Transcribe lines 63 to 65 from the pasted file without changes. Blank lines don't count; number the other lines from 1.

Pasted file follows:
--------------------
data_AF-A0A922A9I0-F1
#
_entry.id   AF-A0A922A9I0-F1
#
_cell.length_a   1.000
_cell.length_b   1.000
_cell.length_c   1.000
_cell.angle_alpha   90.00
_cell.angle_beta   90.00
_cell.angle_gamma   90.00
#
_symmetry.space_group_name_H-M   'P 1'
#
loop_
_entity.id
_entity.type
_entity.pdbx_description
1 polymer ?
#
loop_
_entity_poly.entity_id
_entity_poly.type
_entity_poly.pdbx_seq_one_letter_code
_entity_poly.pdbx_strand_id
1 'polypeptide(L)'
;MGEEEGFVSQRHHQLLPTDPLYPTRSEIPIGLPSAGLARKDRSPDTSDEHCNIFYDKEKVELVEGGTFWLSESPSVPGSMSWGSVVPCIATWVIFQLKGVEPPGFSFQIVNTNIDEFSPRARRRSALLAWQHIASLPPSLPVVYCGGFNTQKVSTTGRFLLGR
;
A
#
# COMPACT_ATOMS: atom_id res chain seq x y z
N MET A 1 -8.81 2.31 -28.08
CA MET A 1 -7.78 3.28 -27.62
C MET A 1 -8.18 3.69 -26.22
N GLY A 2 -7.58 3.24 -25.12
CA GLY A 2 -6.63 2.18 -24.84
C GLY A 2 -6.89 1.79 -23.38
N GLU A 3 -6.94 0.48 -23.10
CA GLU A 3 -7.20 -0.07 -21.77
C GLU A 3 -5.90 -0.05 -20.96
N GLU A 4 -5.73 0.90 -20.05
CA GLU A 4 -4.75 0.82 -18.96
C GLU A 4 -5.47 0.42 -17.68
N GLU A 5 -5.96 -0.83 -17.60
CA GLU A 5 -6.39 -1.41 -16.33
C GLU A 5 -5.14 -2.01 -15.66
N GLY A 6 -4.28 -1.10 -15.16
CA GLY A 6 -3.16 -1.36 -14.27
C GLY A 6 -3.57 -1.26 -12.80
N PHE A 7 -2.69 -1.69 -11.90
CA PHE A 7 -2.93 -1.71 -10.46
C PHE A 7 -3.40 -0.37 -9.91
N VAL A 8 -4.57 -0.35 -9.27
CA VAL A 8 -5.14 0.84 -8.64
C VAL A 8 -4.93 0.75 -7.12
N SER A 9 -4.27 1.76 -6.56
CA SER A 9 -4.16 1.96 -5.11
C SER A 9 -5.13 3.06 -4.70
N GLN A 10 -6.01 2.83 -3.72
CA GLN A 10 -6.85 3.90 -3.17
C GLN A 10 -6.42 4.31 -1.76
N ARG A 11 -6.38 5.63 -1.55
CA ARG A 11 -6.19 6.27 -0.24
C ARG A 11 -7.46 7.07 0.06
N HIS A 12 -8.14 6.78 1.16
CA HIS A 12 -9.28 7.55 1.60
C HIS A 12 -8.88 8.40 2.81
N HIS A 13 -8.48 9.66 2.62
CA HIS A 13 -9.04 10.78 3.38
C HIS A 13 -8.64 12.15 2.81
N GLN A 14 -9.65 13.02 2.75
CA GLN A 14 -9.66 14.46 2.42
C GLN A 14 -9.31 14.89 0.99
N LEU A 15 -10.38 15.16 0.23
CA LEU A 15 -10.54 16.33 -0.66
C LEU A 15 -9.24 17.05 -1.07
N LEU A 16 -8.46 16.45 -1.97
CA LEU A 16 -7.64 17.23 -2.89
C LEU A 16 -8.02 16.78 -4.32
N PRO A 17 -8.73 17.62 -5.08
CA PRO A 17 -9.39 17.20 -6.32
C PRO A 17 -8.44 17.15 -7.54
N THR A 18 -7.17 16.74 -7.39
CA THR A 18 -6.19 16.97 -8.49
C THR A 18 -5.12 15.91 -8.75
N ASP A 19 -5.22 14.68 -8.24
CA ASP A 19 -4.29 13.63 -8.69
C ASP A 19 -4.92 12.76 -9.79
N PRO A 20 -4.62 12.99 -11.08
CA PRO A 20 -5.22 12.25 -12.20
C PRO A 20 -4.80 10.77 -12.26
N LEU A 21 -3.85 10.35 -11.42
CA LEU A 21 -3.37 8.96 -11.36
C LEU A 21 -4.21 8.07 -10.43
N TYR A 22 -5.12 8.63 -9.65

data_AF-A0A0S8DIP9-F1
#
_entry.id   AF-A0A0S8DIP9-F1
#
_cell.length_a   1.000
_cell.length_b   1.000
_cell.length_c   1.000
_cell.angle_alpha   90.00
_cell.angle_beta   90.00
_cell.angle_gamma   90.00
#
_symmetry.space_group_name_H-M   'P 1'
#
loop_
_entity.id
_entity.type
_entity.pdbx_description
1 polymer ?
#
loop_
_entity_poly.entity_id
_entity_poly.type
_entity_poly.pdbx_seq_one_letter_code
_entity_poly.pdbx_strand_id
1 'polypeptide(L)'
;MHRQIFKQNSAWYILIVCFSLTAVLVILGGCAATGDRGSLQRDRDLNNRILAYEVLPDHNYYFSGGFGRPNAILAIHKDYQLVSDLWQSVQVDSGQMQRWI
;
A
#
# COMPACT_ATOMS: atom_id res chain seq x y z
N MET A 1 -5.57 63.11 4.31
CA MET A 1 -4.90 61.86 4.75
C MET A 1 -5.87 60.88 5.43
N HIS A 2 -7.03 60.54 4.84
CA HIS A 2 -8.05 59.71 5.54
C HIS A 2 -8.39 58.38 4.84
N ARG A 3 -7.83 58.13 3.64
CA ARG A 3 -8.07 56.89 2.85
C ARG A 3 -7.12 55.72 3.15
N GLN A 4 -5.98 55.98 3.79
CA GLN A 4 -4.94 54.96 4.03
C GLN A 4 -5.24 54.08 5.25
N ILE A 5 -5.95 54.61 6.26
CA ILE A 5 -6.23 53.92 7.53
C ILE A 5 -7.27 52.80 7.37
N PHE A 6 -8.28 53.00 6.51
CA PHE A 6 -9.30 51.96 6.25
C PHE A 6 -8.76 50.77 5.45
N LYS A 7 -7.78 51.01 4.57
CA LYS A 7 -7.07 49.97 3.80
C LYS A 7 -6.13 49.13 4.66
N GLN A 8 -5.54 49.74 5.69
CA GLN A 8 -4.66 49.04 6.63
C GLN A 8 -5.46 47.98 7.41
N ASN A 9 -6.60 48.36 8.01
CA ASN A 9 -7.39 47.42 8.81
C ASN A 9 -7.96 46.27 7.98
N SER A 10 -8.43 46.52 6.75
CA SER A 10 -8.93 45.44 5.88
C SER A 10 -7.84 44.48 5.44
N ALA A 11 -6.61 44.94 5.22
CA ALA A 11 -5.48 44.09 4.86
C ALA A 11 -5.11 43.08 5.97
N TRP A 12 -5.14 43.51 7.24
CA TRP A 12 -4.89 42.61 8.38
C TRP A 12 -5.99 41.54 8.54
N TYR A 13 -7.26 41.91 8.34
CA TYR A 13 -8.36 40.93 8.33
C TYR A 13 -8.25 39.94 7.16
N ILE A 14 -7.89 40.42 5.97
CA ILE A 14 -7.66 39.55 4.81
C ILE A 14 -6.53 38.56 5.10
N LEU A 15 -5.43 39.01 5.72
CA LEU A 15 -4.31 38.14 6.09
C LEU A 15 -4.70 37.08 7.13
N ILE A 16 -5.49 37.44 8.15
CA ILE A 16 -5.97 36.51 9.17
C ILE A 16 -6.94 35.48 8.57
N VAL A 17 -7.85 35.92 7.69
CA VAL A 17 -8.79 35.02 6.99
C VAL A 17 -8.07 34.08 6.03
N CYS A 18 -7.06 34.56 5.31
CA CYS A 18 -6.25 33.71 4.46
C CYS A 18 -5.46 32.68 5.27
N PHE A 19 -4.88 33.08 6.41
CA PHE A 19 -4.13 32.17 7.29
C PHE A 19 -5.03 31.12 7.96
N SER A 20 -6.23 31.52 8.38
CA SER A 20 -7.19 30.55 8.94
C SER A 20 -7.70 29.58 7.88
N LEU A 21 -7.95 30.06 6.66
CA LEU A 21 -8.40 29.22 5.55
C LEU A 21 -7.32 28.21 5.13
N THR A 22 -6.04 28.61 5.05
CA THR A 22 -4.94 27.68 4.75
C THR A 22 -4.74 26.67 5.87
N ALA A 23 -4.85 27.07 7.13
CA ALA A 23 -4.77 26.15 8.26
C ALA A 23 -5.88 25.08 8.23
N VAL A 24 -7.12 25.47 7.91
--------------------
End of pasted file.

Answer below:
C ARG A 11 -7.46 7.07 0.06
N HIS A 12 -8.14 6.78 1.16
CA HIS A 12 -9.28 7.55 1.60